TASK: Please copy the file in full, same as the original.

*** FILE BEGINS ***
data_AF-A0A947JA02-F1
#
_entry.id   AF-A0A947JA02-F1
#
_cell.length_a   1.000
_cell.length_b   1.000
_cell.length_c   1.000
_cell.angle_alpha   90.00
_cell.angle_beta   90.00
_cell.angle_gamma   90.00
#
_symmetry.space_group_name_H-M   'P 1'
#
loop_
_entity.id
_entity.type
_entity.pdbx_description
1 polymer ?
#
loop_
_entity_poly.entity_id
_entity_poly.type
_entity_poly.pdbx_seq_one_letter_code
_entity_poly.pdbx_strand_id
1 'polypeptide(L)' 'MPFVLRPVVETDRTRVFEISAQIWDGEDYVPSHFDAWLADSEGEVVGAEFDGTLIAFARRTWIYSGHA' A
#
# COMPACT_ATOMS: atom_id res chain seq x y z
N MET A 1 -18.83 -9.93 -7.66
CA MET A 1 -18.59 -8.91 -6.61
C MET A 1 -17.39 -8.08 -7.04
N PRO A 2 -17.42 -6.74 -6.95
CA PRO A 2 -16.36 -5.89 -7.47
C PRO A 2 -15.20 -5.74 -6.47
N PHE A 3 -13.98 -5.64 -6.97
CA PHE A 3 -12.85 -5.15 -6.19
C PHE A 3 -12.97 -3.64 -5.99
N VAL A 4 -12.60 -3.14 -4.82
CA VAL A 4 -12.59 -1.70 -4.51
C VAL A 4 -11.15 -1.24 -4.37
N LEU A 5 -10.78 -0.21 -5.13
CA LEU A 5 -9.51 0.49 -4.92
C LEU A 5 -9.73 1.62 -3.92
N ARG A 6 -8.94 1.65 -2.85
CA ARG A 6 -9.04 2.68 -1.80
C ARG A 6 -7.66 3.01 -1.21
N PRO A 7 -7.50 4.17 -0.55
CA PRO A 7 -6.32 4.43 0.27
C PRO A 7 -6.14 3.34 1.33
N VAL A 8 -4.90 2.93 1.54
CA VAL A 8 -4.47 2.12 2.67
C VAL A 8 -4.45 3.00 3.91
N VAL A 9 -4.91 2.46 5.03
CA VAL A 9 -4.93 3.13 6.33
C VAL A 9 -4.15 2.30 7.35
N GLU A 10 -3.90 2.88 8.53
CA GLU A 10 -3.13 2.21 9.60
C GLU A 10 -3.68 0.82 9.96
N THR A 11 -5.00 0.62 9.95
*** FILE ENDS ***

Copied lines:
data_AF-A0A947JA02-F1
#
_entry.id   AF-A0A947JA02-F1
#
_cell.length_a   1.000
_cell.length_b   1.000
_cell.length_c   1.000
_cell.angle_alpha   90.00
_cell.angle_beta   90.00
_cell.angle_gamma   90.00
#
_symmetry.space_group_name_H-M   'P 1'
#
loop_
_entity.id
_entity.type
_entity.pdbx_description
1 polymer ?
#
loop_
_entity_poly.entity_id
_entity_poly.type
_entity_poly.pdbx_seq_one_letter_code
_entity_poly.pdbx_strand_id
1 'polypeptide(L)' 'MPFVLRPVVETDRTRVFEISAQIWDGEDYVPSHFDAWLADSEGEVVGAEFDGTLIAFARRTWIYSGHA' A
#
# COMPACT_ATOMS: atom_id res chain seq x y z
N MET A 1 -18.83 -9.93 -7.66
CA MET A 1 -18.59 -8.91 -6.61
C MET A 1 -17.39 -8.08 -7.04
N PRO A 2 -17.42 -6.74 -6.95
CA PRO A 2 -16.36 -5.89 -7.47
C PRO A 2 -15.20 -5.74 -6.47
N PHE A 3 -13.98 -5.64 -6.97
CA PHE A 3 -12.85 -5.15 -6.19
C PHE A 3 -12.97 -3.64 -5.99
N VAL A 4 -12.60 -3.14 -4.82
CA VAL A 4 -12.59 -1.70 -4.51
C VAL A 4 -11.15 -1.24 -4.37
N LEU A 5 -10.78 -0.21 -5.13
CA LEU A 5 -9.51 0.49 -4.92
C LEU A 5 -9.73 1.62 -3.92
N ARG A 6 -8.94 1.65 -2.85
CA ARG A 6 -9.04 2.68 -1.80
C ARG A 6 -7.66 3.01 -1.21
N PRO A 7 -7.50 4.17 -0.55
CA PRO A 7 -6.32 4.43 0.27
C PRO A 7 -6.14 3.34 1.33
N VAL A 8 -4.90 2.93 1.54
CA VAL A 8 -4.47 2.12 2.67
C VAL A 8 -4.45 3.00 3.91
N VAL A 9 -4.91 2.46 5.03
CA VAL A 9 -4.93 3.13 6.33
C VAL A 9 -4.15 2.30 7.35
N GLU A 10 -3.90 2.88 8.53
CA GLU A 10 -3.13 2.21 9.60
C GLU A 10 -3.68 0.82 9.96
N THR A 11 -5.00 0.62 9.95